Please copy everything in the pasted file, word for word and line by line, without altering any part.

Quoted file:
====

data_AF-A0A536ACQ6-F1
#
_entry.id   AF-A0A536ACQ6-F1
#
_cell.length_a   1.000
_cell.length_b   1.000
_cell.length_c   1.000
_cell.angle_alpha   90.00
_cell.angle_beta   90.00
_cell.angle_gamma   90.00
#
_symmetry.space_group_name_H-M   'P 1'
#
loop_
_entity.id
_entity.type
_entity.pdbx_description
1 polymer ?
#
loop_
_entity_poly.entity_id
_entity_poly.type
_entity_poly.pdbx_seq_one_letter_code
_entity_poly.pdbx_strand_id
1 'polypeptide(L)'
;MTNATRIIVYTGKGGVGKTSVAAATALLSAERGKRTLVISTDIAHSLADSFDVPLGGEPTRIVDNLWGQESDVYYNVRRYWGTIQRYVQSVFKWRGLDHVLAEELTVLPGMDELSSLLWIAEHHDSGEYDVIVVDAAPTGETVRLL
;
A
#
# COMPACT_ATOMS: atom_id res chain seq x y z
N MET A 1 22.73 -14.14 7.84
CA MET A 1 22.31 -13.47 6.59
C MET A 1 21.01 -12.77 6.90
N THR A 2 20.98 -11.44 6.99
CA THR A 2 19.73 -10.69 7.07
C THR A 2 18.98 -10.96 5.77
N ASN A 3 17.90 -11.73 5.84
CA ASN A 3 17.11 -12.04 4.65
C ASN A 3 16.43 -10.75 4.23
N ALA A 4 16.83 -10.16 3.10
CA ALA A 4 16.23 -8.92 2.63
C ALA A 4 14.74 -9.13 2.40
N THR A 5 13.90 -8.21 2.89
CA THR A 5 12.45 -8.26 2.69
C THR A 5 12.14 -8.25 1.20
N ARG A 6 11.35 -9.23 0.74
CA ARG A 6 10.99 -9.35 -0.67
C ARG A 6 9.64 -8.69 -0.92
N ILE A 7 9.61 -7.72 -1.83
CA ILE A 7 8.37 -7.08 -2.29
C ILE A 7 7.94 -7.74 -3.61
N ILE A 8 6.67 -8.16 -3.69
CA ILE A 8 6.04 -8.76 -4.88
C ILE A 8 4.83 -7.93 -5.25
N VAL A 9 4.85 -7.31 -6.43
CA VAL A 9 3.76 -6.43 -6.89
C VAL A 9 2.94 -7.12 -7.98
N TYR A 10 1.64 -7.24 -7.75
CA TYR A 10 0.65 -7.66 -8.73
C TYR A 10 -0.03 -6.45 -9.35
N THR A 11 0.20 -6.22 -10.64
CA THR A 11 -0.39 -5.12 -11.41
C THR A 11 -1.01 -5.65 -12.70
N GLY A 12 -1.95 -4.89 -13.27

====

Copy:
data_AF-A0A536ACQ6-F1
#
_entry.id   AF-A0A536ACQ6-F1
#
_cell.length_a   1.000
_cell.length_b   1.000
_cell.length_c   1.000
_cell.angle_alpha   90.00
_cell.angle_beta   90.00
_cell.angle_gamma   90.00
#
_symmetry.space_group_name_H-M   'P 1'
#
loop_
_entity.id
_entity.type
_entity.pdbx_description
1 polymer ?
#
loop_
_entity_poly.entity_id
_entity_poly.type
_entity_poly.pdbx_seq_one_letter_code
_entity_poly.pdbx_strand_id
1 'polypeptide(L)'
;MTNATRIIVYTGKGGVGKTSVAAATALLSAERGKRTLVISTDIAHSLADSFDVPLGGEPTRIVDNLWGQESDVYYNVRRYWGTIQRYVQSVFKWRGLDHVLAEELTVLPGMDELSSLLWIAEHHDSGEYDVIVVDAAPTGETVRLL
;
A
#
# COMPACT_ATOMS: atom_id res chain seq x y z
N MET A 1 22.73 -14.14 7.84
CA MET A 1 22.31 -13.47 6.59
C MET A 1 21.01 -12.77 6.90
N THR A 2 20.98 -11.44 6.99
CA THR A 2 19.73 -10.69 7.07
C THR A 2 18.98 -10.96 5.77
N ASN A 3 17.90 -11.73 5.84
CA ASN A 3 17.11 -12.04 4.65
C ASN A 3 16.43 -10.75 4.23
N ALA A 4 16.83 -10.16 3.10
CA ALA A 4 16.23 -8.92 2.63
C ALA A 4 14.74 -9.13 2.40
N THR A 5 13.90 -8.21 2.89
CA THR A 5 12.45 -8.26 2.69
C THR A 5 12.14 -8.25 1.20
N ARG A 6 11.35 -9.23 0.74
CA ARG A 6 10.99 -9.35 -0.67
C ARG A 6 9.64 -8.69 -0.92
N ILE A 7 9.61 -7.72 -1.83
CA ILE A 7 8.37 -7.08 -2.29
C ILE A 7 7.94 -7.74 -3.61
N ILE A 8 6.67 -8.16 -3.69
CA ILE A 8 6.04 -8.76 -4.88
C ILE A 8 4.83 -7.93 -5.25
N VAL A 9 4.85 -7.31 -6.43
CA VAL A 9 3.76 -6.43 -6.89
C VAL A 9 2.94 -7.12 -7.98
N TYR A 10 1.64 -7.24 -7.75
CA TYR A 10 0.65 -7.66 -8.73
C TYR A 10 -0.03 -6.45 -9.35
N THR A 11 0.20 -6.22 -10.64
CA THR A 11 -0.39 -5.12 -11.41
C THR A 11 -1.01 -5.65 -12.70
N GLY A 12 -1.95 -4.89 -13.27